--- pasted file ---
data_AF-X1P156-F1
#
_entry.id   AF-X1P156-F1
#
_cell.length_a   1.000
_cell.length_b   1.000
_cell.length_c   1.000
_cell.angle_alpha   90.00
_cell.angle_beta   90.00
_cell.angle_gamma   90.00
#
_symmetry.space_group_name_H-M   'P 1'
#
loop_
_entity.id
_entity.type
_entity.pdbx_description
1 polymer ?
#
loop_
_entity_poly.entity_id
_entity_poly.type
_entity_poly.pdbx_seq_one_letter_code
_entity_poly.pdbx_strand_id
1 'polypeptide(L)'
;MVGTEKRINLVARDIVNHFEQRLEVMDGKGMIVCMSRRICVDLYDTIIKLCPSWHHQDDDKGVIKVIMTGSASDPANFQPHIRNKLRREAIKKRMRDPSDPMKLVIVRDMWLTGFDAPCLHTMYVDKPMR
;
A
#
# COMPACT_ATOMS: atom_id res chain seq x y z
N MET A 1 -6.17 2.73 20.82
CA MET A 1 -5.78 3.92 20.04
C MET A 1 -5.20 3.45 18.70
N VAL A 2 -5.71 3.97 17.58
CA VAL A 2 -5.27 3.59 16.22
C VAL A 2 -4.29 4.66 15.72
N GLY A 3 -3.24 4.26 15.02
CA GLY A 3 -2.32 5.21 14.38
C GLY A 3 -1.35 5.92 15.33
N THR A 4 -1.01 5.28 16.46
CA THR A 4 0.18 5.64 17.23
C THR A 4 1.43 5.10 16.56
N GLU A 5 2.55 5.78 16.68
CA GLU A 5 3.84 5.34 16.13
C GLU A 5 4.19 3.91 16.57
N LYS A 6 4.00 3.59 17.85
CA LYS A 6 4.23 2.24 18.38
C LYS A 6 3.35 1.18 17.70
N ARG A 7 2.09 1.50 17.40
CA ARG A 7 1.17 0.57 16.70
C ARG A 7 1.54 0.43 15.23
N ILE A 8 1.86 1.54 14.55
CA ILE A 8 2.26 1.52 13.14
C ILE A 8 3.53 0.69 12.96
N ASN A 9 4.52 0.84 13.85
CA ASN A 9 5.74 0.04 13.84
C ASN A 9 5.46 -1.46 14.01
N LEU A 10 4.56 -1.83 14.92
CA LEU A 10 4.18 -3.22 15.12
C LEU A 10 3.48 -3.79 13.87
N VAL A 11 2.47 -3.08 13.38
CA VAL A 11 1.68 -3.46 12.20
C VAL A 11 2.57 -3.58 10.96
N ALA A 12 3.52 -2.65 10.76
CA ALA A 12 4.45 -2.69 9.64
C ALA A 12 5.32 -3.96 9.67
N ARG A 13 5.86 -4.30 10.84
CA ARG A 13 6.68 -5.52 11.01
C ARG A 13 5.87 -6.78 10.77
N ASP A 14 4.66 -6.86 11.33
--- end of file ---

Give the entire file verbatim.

data_AF-X1P156-F1
#
_entry.id   AF-X1P156-F1
#
_cell.length_a   1.000
_cell.length_b   1.000
_cell.length_c   1.000
_cell.angle_alpha   90.00
_cell.angle_beta   90.00
_cell.angle_gamma   90.00
#
_symmetry.space_group_name_H-M   'P 1'
#
loop_
_entity.id
_entity.type
_entity.pdbx_description
1 polymer ?
#
loop_
_entity_poly.entity_id
_entity_poly.type
_entity_poly.pdbx_seq_one_letter_code
_entity_poly.pdbx_strand_id
1 'polypeptide(L)'
;MVGTEKRINLVARDIVNHFEQRLEVMDGKGMIVCMSRRICVDLYDTIIKLCPSWHHQDDDKGVIKVIMTGSASDPANFQPHIRNKLRREAIKKRMRDPSDPMKLVIVRDMWLTGFDAPCLHTMYVDKPMR
;
A
#
# COMPACT_ATOMS: atom_id res chain seq x y z
N MET A 1 -6.17 2.73 20.82
CA MET A 1 -5.78 3.92 20.04
C MET A 1 -5.20 3.45 18.70
N VAL A 2 -5.71 3.97 17.58
CA VAL A 2 -5.27 3.59 16.22
C VAL A 2 -4.29 4.66 15.72
N GLY A 3 -3.24 4.26 15.02
CA GLY A 3 -2.32 5.21 14.38
C GLY A 3 -1.35 5.92 15.33
N THR A 4 -1.01 5.28 16.46
CA THR A 4 0.18 5.64 17.23
C THR A 4 1.43 5.10 16.56
N GLU A 5 2.55 5.78 16.68
CA GLU A 5 3.84 5.34 16.13
C GLU A 5 4.19 3.91 16.57
N LYS A 6 4.00 3.59 17.85
CA LYS A 6 4.23 2.24 18.38
C LYS A 6 3.35 1.18 17.70
N ARG A 7 2.09 1.50 17.40
CA ARG A 7 1.17 0.57 16.70
C ARG A 7 1.54 0.43 15.23
N ILE A 8 1.86 1.54 14.55
CA ILE A 8 2.26 1.52 13.14
C ILE A 8 3.53 0.69 12.96
N ASN A 9 4.52 0.84 13.85
CA ASN A 9 5.74 0.04 13.84
C ASN A 9 5.46 -1.46 14.01
N LEU A 10 4.56 -1.83 14.92
CA LEU A 10 4.18 -3.22 15.12
C LEU A 10 3.48 -3.79 13.87
N VAL A 11 2.47 -3.08 13.38
CA VAL A 11 1.68 -3.46 12.20
C VAL A 11 2.57 -3.58 10.96
N ALA A 12 3.52 -2.65 10.76
CA ALA A 12 4.45 -2.69 9.64
C ALA A 12 5.32 -3.96 9.67
N ARG A 13 5.86 -4.30 10.84
CA ARG A 13 6.68 -5.52 11.01
C ARG A 13 5.87 -6.78 10.77
N ASP A 14 4.66 -6.86 11.33